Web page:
Emergency legislation could follow suspended sentences ruling within days

Acting Justice Minister Frances Fitzgerald
Acting Justice Minister Frances Fitzgerald

Acting Justice Minister Frances Fitzgerald has said emergency legislation could be introduced “within days” of a High Court ruling that said the law governing the activation of suspended sentences is unconstitutional.

Mr Justice Michael Moriarty yesterday declared that section 99 of the Criminal Justice Act 2006 is unconstitutional.

His decision was based on the fact it allows for significantly different treatment of people before the law in relation to their rights of appeal.

Barrister Paul Anthony McDermott SC told RTÉ’s Morning Ireland following the ruling: “The draft of Section 99 has amended it twice but even after three attempts to work out how to put this in writing they still haven’t managed to get it right.”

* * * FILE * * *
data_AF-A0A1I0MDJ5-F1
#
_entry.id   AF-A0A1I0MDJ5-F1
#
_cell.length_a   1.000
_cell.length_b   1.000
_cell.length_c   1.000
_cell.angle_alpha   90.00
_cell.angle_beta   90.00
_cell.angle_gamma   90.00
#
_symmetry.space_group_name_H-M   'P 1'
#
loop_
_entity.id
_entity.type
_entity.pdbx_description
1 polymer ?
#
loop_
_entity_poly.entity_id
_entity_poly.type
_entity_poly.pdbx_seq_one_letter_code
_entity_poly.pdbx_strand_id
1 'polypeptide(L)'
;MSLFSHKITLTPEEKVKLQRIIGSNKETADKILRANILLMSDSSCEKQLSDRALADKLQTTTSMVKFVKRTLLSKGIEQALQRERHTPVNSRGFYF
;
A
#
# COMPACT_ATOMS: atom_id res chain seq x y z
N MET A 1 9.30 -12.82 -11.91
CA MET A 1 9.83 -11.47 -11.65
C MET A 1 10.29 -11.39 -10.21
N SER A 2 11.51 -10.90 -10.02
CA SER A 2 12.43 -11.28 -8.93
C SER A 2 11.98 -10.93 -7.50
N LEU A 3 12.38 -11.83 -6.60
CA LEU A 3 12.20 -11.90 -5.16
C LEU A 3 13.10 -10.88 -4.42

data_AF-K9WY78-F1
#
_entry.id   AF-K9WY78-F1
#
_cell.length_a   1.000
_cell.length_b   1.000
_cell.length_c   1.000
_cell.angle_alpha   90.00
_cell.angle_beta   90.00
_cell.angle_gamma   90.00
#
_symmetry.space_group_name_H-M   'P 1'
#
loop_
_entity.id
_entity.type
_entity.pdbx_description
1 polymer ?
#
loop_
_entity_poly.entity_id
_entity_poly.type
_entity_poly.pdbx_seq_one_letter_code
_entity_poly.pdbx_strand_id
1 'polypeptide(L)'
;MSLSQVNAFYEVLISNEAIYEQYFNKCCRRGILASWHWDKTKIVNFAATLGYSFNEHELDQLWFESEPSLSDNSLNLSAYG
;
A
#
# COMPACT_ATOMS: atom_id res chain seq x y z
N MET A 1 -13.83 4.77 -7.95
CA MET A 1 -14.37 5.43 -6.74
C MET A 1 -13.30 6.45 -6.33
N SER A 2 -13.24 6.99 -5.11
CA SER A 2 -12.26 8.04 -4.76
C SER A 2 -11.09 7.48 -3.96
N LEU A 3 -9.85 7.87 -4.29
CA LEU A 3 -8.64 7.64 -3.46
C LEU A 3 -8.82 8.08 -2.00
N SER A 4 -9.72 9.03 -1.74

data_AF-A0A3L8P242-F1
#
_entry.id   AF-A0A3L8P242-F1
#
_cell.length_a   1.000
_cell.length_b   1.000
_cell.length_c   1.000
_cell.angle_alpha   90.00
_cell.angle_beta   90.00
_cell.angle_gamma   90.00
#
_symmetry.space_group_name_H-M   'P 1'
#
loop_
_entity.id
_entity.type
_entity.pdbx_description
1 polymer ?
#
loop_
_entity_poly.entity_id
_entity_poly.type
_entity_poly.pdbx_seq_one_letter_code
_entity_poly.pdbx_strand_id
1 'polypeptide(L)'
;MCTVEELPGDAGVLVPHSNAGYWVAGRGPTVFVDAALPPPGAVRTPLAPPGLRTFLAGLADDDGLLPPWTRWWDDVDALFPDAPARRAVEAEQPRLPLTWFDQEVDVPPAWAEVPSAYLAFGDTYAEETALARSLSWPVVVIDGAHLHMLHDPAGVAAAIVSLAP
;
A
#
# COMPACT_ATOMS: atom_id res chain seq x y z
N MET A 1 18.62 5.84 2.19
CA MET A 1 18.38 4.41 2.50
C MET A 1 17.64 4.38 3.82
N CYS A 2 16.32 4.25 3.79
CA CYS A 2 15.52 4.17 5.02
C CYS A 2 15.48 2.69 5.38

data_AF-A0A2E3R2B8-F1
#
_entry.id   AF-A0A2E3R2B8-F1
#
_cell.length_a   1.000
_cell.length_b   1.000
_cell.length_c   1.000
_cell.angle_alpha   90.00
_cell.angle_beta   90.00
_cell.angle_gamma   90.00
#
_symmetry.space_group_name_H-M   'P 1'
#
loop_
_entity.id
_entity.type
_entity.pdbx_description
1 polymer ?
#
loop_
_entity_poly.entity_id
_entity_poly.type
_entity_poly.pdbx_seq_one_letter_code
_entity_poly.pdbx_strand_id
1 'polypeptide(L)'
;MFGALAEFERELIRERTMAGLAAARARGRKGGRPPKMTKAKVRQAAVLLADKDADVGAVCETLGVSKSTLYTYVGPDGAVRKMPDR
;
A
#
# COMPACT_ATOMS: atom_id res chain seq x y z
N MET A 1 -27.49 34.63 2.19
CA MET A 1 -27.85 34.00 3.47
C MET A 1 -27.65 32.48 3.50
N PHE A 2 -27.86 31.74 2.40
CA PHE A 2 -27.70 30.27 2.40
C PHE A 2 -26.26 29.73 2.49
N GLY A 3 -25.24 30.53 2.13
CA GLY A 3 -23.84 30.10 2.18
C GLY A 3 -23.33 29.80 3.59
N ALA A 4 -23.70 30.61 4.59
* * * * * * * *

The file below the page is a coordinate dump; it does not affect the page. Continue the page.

Its implications are being examined by the Department of Justice and Attorney General Máire Whelan.

Ms Fitzgerald said: “The consequences and implications of Justice Moriarty’s judgment have been under urgent examination in consultation with the Attorney General.

“As the issues in question are likely to lead to court challenges it would not be appropriate to make detailed comment on the judgement.

“However, there are no grounds for believing that persons generally who had not raised this issue in the course of proceedings which have been concluded will now be able to benefit from the finding of the High Court.

“The Government will take all necessary action open to it to address the issues arising from Judge Moriarty’s judgement.

“While legislation cannot retrospectively affect criminal cases before the courts, if, in the light of the consultations with the Attorney General, it is concluded that amending legislation is necessary, this can be introduced in the Dáil very quickly – if necessary within days.”

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